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Archive for November, 2012

Magik the corgi and I started our adventure the other day going down a popular trail. We bumped into a woman and her skinny, long-legged dog who only will eat when walking on the trail. She was telling me about an old couple she bumped into down another trail and how they were bickering over their new dog. The dog was too big and too much for them to handle so the woman spoke up and suggested they take the dog back to the Humane Society.

I was amazed that she had such courage to speak up on the dog’s behalf — that she had voice. She doubted herself. I said, “You spoke up for the dog — that matters.” Then she looked back and said, “Where’s your dog?” Of course Magik was nowhere to be seen. “Oh he’s probably munching down a bunch of bay nuts.” Sure enough my predictable corgi was munching away. I come into the woods to exercise, he comes out for the smorgasbord. Smile.

So I back tracked, headed back from where we came until I saw the bridge where this woman had bumped into the old man and old woman. Ok, so I figured they were long since gone and the path was clear. Magik and I crossed one bridge, headed towards another when we saw them. Well actually at first, I heard them. The old woman was singing. What a delight that was. Her hair was white and seemed to glow, her face too seemed white with glowing light and she held a big purple-blue purse on her shoulder. Her husband tried to reign in Tessa, but was slipping and tripping. Tessa was dubbed a black lab, but she was much bigger than any black lab I have ever met. She defiantly had control of the situation, as she tugged at the leash the old man slipped and slid down a declining path. He almost fell, got so mad he hit the dog. Stunned, I watched as they walked by.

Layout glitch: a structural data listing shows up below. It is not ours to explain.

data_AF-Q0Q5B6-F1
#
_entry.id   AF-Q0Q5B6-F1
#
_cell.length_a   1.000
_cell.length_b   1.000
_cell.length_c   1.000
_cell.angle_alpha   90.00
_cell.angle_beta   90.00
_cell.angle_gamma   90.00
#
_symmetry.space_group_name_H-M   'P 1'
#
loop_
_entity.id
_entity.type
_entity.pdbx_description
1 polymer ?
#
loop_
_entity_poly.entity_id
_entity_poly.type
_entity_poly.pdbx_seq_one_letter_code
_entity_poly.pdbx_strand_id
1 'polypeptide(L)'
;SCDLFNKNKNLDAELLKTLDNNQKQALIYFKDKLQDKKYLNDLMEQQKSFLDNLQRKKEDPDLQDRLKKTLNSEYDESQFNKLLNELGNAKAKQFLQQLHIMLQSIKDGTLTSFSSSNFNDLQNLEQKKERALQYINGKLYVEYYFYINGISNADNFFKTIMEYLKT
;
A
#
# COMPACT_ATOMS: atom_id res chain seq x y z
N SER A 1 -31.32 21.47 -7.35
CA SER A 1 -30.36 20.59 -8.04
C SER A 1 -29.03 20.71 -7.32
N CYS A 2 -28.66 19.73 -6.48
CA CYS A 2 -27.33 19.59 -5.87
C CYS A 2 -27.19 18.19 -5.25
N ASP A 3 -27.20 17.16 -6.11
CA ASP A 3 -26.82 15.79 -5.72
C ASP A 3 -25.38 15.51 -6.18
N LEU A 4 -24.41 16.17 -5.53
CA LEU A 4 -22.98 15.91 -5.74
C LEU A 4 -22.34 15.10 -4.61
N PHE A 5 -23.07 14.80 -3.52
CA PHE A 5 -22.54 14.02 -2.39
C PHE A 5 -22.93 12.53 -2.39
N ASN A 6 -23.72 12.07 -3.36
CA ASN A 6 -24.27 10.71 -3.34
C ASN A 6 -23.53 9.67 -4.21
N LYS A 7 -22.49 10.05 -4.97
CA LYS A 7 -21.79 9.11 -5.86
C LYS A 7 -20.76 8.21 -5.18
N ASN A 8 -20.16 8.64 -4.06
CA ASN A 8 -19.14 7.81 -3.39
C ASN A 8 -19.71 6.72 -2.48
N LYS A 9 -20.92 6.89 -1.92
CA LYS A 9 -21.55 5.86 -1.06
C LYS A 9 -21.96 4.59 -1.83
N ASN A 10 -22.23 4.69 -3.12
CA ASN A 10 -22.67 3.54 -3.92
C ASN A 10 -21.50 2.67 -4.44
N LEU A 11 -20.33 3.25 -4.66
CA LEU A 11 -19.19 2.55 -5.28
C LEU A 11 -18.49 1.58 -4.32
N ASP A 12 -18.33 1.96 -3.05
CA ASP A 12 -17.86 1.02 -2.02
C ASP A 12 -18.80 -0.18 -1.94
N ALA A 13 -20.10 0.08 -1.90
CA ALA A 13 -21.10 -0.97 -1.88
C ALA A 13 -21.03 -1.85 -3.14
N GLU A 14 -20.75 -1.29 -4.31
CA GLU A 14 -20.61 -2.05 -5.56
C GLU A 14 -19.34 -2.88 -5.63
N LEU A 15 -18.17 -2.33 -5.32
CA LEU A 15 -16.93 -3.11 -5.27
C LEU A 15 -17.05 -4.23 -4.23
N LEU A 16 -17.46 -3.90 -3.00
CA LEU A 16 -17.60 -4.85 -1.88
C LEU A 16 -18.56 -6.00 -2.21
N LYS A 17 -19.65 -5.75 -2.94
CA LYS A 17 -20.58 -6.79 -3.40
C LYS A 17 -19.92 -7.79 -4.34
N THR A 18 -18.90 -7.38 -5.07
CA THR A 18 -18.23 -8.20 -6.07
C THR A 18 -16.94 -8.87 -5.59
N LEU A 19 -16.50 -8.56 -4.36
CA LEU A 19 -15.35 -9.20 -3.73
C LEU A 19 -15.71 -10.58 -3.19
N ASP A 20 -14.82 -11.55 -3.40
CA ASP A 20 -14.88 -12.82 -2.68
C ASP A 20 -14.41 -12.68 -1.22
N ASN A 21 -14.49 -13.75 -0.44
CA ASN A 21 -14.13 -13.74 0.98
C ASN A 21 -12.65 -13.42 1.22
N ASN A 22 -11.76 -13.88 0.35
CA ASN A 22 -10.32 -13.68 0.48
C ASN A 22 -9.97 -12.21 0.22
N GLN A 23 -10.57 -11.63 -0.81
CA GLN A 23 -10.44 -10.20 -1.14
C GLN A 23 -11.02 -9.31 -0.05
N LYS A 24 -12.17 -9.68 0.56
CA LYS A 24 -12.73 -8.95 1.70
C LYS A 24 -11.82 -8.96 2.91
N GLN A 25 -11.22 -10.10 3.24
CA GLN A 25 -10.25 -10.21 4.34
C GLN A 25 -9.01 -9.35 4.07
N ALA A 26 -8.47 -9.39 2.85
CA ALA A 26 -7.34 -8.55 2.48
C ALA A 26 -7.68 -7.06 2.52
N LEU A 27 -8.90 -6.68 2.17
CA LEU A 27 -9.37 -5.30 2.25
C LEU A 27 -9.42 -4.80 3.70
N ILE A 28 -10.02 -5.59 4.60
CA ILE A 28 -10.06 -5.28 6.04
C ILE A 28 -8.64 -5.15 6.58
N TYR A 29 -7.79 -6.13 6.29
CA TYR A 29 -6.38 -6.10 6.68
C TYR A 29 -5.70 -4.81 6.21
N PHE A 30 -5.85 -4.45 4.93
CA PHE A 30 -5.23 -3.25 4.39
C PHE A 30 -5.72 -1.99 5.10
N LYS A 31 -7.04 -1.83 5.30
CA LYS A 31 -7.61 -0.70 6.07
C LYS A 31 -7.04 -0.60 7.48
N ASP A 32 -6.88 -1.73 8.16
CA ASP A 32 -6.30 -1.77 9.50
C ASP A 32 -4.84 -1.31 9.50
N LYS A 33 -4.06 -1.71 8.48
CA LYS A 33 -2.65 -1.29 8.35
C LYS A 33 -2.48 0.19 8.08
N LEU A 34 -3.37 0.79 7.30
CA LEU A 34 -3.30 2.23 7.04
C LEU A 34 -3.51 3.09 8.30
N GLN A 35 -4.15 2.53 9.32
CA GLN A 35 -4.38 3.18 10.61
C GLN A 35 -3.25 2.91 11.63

I thought about the woman earlier on the trail, and how she had voice, and I really desired to do the same thing. I couldn’t just do nothing. So I headed back from where we came and sure enough down the main trail was the old couple with their new dog. I approached them just as he was getting frustrated with the dog again. They told me how they just got her at the Humane Society the day before, and she wasn’t trained yet. I spoke up and suggested that maybe she was too much for them and that maybe they should return her and get a smaller dog. He protested and said, “Oh no. I love her.” So I suggested that they go to the Humane Society that day and ask for help, that way the dog would receive support and so would they.

I’m not sure if they ever did. I hope for Tessa’s sake as well as their own that they did get help. When I walked away from them I stood a little taller and moved more confidently. I had voice around an issue that mattered to me.

I wonder if we are sometimes afraid to get involved in the world around us because we are afraid of what might happen, but if we do get more involved, I wonder what positive impact we could have and what wonderful changes in our world we might see?

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